Do you know exactly how much it costs you to deliver product to each customer? If not, how do you know if you are making any money at the bottom-line on each trip?
If you want to get your arms around transportation costs once and for all, you must segregate transportation expenses from the rest of your general operating expenses. You have two choices for segregation — a separate division or a separate company all together. There are merits to both.
With a separate company, you gain liability isolation. With a separate division, you achieve control while avoiding the extra costs of another corporate entity. No matter which option you select, you will have similar challenges.
The first challenge is pricing. How will the transportation division or company charge your operating division for service? The most common solution to this dilemma is use of common carrier rates, which has a side-benefit as well — If your transportation company is not profitable at this rate, you will know it is time to seriously consider getting more efficient or eliminating your fleet!
Next, all direct costs must get charged to the new entity. This means equipment depreciation, truck loan interest or lease payments, driver expenses, dispatch and loading expenses, licenses, taxes, fuel, liability insurance, etc. Be sure to keep track of overtime separately from regular payroll. Overtime is typically a problem area for many marketers.
Next comes that wonderful task of allocating general overhead. At Meridian, we have observed that a payroll-based formula works very well for transportation divisions. Compare the transportation division payroll to the total company payroll and express that number as a percent. Then, multiply your general overhead by that percent and charge it to your transportation division.
Once you are satisfied that your new entity reflects all income and costs, it’s time to fine-tune your data. Once again, you’ll have choices — segregating the information by truck or by business sector. In the ideal system, you should be able to see both.
Seeing results by truck can be handy for identifying driver inefficiency, routing inefficiency, and excessive repairs and maintenance costs. Per-truck income statements require a software system that can apply all hauling revenue to each individual truck. Likewise, direct costs must be identified by truck and overhead must be allocated out to the truck level.
To allocate overhead at the truck level, mileage works best, not payroll. Take each truck’s mileage for the month and divide it by the total miles driven for all vehicles that same month. Apply this percentage to all non-direct costs including all overhead assigned to the division. (Normally this is achieved through the use of one administrative division.)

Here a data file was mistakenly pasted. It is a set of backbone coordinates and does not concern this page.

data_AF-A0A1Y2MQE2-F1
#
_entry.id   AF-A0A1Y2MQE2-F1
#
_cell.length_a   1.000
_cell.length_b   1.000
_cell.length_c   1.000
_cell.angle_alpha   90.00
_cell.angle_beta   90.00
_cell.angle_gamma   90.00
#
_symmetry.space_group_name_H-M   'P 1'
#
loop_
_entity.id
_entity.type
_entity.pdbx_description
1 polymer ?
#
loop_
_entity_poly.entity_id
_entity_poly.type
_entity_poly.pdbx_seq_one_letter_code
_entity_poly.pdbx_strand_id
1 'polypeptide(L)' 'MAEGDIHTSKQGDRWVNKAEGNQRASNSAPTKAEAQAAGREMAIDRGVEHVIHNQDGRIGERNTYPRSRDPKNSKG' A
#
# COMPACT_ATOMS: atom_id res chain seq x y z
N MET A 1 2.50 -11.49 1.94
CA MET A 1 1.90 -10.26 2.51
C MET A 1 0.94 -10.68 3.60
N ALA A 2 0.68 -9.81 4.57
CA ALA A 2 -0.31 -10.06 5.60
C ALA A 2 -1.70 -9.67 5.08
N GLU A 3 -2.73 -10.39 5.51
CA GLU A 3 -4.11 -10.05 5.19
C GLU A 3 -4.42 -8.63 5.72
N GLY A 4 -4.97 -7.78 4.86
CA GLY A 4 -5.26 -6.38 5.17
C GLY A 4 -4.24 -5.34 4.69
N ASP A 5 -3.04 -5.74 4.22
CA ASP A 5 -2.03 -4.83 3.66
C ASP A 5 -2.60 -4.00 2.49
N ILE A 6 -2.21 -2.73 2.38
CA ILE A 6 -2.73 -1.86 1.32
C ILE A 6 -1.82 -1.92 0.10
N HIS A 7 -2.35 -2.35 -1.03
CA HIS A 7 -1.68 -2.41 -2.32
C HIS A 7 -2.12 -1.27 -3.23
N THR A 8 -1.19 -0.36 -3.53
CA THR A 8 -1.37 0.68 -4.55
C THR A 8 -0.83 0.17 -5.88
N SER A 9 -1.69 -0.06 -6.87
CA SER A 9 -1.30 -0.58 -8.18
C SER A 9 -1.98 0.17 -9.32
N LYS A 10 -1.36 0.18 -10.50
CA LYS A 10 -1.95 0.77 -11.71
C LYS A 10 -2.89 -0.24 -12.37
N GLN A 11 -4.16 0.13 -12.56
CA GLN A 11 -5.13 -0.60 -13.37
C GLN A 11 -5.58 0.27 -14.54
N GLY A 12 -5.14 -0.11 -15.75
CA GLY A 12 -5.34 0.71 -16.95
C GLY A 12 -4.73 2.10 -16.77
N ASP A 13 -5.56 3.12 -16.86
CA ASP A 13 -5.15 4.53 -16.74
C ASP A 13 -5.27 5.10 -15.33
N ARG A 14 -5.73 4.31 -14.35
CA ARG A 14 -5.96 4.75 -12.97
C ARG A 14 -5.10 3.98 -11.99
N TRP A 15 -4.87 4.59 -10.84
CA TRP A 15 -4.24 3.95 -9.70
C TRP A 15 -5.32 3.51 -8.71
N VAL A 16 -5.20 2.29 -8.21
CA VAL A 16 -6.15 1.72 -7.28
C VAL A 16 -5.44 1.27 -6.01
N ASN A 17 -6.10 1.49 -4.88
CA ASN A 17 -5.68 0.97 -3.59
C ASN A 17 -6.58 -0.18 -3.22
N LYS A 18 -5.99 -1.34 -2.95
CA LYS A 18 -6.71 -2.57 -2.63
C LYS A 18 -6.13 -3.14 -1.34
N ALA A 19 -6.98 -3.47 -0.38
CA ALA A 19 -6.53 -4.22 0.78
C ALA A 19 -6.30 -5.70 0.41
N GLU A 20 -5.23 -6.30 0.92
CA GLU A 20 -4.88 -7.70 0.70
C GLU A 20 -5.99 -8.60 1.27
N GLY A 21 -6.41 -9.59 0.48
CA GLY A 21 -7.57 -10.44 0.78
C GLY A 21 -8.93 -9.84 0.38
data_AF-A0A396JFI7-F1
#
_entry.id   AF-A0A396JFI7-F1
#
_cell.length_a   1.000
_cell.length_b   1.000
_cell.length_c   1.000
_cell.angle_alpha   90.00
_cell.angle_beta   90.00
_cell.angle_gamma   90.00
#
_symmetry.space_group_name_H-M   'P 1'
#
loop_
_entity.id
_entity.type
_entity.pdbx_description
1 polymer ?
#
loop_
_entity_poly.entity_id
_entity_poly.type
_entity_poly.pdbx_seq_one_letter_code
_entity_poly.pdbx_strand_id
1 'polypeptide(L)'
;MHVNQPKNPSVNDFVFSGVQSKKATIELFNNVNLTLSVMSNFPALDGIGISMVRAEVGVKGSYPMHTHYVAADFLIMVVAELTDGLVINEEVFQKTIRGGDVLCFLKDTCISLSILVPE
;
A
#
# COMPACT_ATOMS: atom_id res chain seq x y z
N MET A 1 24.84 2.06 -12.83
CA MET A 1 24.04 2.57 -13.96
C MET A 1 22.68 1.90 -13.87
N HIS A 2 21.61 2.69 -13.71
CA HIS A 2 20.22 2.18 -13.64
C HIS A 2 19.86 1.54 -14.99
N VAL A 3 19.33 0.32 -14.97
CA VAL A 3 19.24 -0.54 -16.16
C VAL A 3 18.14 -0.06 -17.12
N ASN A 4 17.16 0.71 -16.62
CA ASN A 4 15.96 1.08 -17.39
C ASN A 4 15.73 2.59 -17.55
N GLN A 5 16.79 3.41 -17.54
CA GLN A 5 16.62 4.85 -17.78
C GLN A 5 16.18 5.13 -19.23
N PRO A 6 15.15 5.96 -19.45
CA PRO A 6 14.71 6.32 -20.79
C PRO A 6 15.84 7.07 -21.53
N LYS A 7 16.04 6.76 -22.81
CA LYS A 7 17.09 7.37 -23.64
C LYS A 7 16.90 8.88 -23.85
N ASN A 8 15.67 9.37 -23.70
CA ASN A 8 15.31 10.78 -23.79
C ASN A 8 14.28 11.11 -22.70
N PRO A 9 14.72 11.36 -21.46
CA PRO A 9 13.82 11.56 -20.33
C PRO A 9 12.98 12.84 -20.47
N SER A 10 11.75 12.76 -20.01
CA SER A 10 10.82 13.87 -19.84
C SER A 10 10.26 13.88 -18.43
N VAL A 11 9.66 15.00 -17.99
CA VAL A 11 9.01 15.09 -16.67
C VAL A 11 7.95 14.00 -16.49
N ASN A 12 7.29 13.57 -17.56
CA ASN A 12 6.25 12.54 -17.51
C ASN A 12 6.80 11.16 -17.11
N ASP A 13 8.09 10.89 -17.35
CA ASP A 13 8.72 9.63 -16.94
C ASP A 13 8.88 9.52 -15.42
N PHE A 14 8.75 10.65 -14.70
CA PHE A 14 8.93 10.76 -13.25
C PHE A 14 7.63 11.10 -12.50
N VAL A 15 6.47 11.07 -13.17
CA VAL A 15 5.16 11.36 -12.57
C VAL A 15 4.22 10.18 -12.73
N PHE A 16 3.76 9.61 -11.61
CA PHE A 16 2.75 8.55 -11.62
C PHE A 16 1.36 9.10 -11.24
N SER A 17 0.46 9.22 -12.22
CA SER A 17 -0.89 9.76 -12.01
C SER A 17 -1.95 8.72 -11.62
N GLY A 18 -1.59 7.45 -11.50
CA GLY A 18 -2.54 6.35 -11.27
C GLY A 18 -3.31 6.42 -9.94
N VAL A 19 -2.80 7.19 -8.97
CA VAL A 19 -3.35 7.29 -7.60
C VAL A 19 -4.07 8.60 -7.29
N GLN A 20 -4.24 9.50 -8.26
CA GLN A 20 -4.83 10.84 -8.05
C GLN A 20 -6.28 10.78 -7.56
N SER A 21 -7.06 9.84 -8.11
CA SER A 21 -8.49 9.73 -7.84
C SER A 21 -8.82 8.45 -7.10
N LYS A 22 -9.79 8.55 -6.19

By using truck-level income statements, you will immediately know if each and every vehicle in your fleet is producing bottom-line profit. If you have losers, you can begin to work on them. If you are fortunate enough to have one or more big-profit vehicles, you can identify the reasons for that good results and try to duplicate the strategy with other trucks.
An alternative way to segregate and fine-tune your transportation entity is by class of business. Common classifications include:
± internal truck and trailer fuels
± external truck and trailer fuels
± tankwagon fuels
± bulk lubes
± package lubes
± heating oil
Segregating by type of business will allow you to fine-tune your pricing system and know the true delivery costs by sector. With some sophisticated general ledger systems, you may even be able to have the best of both worlds using your class of business segregation first, and then breaking down further to individual trucks within that class.
Once you get the transportation division nut cracked, it’s incredibly handy to know the per-mile variable cost of each truck. To do this, you will need to segregate your operating expenses into two categories: fixed and variable. Fixed expenses are those that don’t change whether your truck is running or not. Fixed expenses include depreciation, liability insurance, licenses, fees, and any financing costs.
Variable expenses are all those expenses that increase in dollar amount with use of the truck. The variable expenses would typically include payroll, repairs and maintenance, and fuel. If you are using a payroll-based overhead allocation method, overhead is also a variable expense.
With this system, the important number to identify is the total per-mile variable costs for each truck. Track this data monthly and you will begin to have a firm handle on your true transportation costs.
If you don’t like what you see, remember that increased volume won’t cure a variable cost problem. Reductions in variable costs can only be achieved through efficiency improvements, preventive maintenance, and in some instances, driver incentive programs.